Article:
No legal advice is given here. My responses to questions on Avvo are never intended as legal advice and must NOT be relied upon as if they were legal advice. I give legal advice ONLY in the course of a formal attorney-client relationship. Exchange of information through Avvo's Questions & Answers forum does not establish an attorney-client relationship with me. That relationship is established only by joint execution of a written agreement for legal services. I am only licensed in the States of California and New York and the District of Columbia

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Posted

There are some charges that can be "wobbled" down to an infraction.
If there is an agreement as such it can be done and happens all the time.

Make sure that is part of any deal one may take if that is what they want.

This reply should NOT be considered a legal opinion of your case / inquiry. At this time I do not have sufficient factual/legal documentation to give a complete answer to your question and there may be more to the issues you raised then I have set out in my brief reply

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Posted

Get it expunged.

Andrew Roberts (818) 597-0633/ (805) 496-7777

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Posted

In either scenario, assuming probation is completed without any violations/new offenses, you can petition the court to have the conviction expunged and the court WILL (has to) grant the request. Just don't mess up and you're golden. Don't worry about the infraction bit. Just get the expungement.

No attorney-client relationship is created by communications on AVVO. Any information provided by the attorney is for general informational purposes only. Always consult with a qualified attorney who is licensed to practice in your area.

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Anthony Michael Solis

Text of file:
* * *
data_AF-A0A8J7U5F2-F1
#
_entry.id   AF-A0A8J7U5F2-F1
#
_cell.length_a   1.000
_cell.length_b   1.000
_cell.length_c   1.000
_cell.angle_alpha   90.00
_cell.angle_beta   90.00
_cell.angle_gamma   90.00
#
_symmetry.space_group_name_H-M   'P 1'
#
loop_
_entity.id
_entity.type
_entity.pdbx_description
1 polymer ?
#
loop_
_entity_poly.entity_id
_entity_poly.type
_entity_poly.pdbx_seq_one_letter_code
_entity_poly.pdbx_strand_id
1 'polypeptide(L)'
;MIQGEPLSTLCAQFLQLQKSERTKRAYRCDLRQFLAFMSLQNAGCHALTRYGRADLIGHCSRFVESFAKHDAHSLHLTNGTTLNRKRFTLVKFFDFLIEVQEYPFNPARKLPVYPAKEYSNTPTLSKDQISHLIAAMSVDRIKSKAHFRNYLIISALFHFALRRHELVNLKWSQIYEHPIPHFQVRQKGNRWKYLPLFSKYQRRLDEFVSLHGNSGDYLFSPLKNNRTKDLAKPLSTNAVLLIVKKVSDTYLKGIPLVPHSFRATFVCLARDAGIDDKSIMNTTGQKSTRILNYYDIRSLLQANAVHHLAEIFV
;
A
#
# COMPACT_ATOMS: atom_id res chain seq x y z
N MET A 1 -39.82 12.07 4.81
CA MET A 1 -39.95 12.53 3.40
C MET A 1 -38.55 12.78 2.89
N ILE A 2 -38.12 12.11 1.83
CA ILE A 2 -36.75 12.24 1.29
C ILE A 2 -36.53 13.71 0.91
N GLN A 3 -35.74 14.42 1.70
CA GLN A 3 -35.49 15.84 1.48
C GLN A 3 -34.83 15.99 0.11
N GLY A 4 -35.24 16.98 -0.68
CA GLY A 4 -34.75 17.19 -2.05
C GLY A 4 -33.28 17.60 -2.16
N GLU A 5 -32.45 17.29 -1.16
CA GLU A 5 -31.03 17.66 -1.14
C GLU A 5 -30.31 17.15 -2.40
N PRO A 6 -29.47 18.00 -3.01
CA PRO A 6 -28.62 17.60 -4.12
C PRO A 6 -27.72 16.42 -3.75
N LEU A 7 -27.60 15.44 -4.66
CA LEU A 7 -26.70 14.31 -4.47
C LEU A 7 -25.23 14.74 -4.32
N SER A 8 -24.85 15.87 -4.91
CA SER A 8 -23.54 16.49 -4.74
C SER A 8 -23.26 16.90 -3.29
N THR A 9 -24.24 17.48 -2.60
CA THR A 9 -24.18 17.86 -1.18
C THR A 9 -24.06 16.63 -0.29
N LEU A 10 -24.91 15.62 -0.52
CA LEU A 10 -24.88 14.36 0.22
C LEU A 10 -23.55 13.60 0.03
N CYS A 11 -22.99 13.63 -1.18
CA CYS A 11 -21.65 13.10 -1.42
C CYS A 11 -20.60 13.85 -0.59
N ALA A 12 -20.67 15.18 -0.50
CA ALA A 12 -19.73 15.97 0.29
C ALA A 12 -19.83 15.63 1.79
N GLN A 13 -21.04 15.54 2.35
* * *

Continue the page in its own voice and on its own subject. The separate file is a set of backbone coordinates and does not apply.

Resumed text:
Anthony Michael Solis

Posted

But since you have to disclose expunged misdemeanors on licensing applications, etc. there is certainly value in getting it infracted, no?

Izaak David Schwaiger

Izaak David Schwaiger

Posted

It's a good question, but I think the operative wording is usually something along the lines of whether a person has ever "suffered a conviction" for a misdemeanor. I'm not sure having it infracted post-conviction could get around that. I'm also not sure what the mechanism would be to move for the infraction post-conviction, unless it would be some kind of extraordinary relief involving a withdrawal of plea. Even then, you're still skirting the issue of whether you ever "suffered a conviction." Really interesting question.

Posted

Typically, on a charge like PC 415, a reduction to an infraction is negotiated with the prosecutor before a plea is entered. If your friend entered a plea to a misdemeanor and was given probation, he or she can attempt to terminate her probation period early based on compliance. Once off probation, that person can file for an expungement, which is a procedure that allows the charge to be dismissed. Obviously, getting the charge dismissed is more advantageous to your friend than reducing to an infraction at that point.